More Coal-Fired Power Stations in Asia

A lovely feature of the GWPF site is its extracts of articles related to all aspects of climate and related energy policies. Yesterday the GWPF extracted from an opinion piece in the Hong Kong-based South China Morning Post A new coal war frontier emerges as China and Japan compete for energy projects in Southeast Asia.
The GWPF’s summary:-

Southeast Asia’s appetite for coal has spurred a new geopolitical rivalry between China and Japan as the two countries race to provide high-efficiency, low-emission technology. More than 1,600 coal plants are scheduled to be built by Chinese corporations in over 62 countries. It will make China the world’s primary provider of high-efficiency, low-emission technology.

A summary point in the article is not entirely accurate. (Italics mine)

Because policymakers still regard coal as more affordable than renewables, Southeast Asia’s industrialisation continues to consume large amounts of it. To lift 630 million people out of poverty, advanced coal technologies are considered vital for the region’s continued development while allowing for a reduction in carbon emissions.

Replacing a less efficient coal-fired power station with one of the latest technology will reduce carbon (i.e CO2) emissions per unit of electricity produced. In China, these efficiency savings replacement process may outstrip the growth in power supply from fossil fuels. But in the rest of Asia, the new coal-fired power stations will be mostly additional capacity in the coming decades, so will lead to an increase in CO2 emissions. It is this additional capacity that will be primarily responsible for driving the economic growth that will lift the poor out of extreme poverty.

The newer technologies are important in other types emissions. That is the particle emissions that has caused high levels of choking pollution and smogs in many cities of China and India. By using the new technologies, other countries can avoid the worst excesses of this pollution, whilst still using a cheap fuel available from many different sources of supply. The thrust in China will likely be to replace the high pollution power stations with new technologies or adapt them to reduce the emissions and increase efficiencies. Politically, it is a different way of raising living standards and quality of life than by increasing real disposable income per capita.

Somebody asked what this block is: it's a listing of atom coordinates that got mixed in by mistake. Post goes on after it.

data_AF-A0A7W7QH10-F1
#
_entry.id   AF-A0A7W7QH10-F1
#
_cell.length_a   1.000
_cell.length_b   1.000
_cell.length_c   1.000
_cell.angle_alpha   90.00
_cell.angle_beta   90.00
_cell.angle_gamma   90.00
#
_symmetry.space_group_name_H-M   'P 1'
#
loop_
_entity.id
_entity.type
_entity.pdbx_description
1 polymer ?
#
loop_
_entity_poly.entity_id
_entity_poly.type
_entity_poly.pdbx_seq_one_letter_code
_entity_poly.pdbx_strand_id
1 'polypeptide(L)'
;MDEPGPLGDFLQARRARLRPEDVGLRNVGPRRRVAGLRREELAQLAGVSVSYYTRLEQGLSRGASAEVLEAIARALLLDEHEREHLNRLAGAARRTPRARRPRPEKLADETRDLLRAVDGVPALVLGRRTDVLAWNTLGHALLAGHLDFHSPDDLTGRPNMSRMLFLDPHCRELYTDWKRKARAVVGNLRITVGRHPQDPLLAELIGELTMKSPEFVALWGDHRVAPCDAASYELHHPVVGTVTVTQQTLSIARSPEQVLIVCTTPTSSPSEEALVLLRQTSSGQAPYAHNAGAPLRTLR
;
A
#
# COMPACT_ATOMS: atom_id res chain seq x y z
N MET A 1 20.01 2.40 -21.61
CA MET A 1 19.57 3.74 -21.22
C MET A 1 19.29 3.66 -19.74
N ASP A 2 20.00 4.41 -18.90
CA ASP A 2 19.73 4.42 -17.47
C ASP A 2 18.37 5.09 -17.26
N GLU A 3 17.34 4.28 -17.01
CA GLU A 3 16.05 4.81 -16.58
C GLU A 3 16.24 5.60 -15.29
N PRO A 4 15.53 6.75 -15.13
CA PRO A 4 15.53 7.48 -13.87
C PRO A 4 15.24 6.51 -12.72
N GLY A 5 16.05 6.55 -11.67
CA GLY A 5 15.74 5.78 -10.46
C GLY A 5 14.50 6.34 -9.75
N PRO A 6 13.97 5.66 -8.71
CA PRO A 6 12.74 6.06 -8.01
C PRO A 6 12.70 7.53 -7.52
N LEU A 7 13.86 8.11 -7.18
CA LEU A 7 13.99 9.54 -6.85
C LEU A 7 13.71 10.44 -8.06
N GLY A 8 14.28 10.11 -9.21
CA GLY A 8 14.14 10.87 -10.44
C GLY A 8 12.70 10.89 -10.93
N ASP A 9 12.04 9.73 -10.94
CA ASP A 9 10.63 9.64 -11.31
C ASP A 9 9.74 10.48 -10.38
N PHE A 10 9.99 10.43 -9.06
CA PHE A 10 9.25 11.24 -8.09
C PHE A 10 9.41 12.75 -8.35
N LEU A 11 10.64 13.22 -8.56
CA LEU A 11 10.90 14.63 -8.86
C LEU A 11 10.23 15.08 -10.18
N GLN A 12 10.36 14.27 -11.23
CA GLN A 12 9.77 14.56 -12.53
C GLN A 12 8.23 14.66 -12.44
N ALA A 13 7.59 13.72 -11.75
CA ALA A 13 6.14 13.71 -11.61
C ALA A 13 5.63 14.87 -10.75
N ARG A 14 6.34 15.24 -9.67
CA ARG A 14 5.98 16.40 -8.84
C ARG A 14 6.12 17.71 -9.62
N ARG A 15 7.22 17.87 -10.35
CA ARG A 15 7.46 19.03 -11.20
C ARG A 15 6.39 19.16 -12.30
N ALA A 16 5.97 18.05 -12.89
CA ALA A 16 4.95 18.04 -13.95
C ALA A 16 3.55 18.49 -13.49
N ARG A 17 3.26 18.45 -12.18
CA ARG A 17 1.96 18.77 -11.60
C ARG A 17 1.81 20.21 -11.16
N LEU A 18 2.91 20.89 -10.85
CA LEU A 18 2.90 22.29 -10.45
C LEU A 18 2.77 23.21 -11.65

Kevin Marshall

 

3 Comments

  1. Why do we keep hearing & even worse tolerating this “clean coal” rhetoric? If Chia wants to invest in this kind of technology, why not invest in their own country, why spread world over and initiate more pollution elsewhere. The world is committed to #renewables so we must all #deCOALonize.

    Let us talk renewable energy!

    • manicbeancounter

       /  03/04/2018

      It is China and Japan competing. If you think these countries should not sell their products and services elsewhere, then I then take it up with them.
      Is the world – 7600 million people in 195 countries – actually committed to renewables? Try the UNEP emissions gap report, which shows emissions are projected to rise.
      https://wedocs.unep.org/bitstream/handle/20.500.11822/22070/EGR_2017.pdf

      The reason is that in most countries – especially the poorer countries – are not willing to sacrifice their economic growth to “combat climate change”. But they play the game. Take Kenya’s INDC Submission
      http://www4.unfccc.int/submissions/INDC/Published%20Documents/Kenya/1/Kenya_INDC_20150723.pdf

      The BAU forecast is from 73 MtCO2eq in 2010 to 143 MtCO2eq in 2030.
      But will lots of assistance Kenya will “cut” that by 30% to a nice round 100 MtCO2eq.

      • I quite agree with you on this. It is true most 3rd world countries want the easiest energy sources to develop just as the 1st world did, but that has an implication.

        All I am saying is that instead of Japan & China investing in coal, why not do the same for clean energy, and save the global carbon emissions.

        Worse still, Kenya is already prospecting building a second coal plant in coastal Kenya, even when the first proposed coal plant faced so much opposition.

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